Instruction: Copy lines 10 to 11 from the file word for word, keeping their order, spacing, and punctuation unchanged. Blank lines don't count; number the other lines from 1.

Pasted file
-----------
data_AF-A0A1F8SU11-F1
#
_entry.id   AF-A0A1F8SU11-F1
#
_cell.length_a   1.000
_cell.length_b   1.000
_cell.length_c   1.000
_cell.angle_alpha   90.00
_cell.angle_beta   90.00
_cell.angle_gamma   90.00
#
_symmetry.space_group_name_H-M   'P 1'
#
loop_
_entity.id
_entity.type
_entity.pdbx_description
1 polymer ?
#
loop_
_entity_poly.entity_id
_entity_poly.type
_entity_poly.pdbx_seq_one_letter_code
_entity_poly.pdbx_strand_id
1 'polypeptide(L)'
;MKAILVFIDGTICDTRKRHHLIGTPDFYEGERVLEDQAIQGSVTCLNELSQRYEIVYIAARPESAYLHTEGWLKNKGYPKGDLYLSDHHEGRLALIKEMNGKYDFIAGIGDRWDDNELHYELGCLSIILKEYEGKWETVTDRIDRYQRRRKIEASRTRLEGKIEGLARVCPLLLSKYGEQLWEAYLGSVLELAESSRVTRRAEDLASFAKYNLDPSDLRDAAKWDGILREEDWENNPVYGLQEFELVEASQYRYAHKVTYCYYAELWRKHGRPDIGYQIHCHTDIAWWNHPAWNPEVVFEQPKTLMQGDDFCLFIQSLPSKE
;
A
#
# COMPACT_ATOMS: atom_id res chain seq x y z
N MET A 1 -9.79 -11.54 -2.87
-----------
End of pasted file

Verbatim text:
_cell.angle_gamma   90.00
#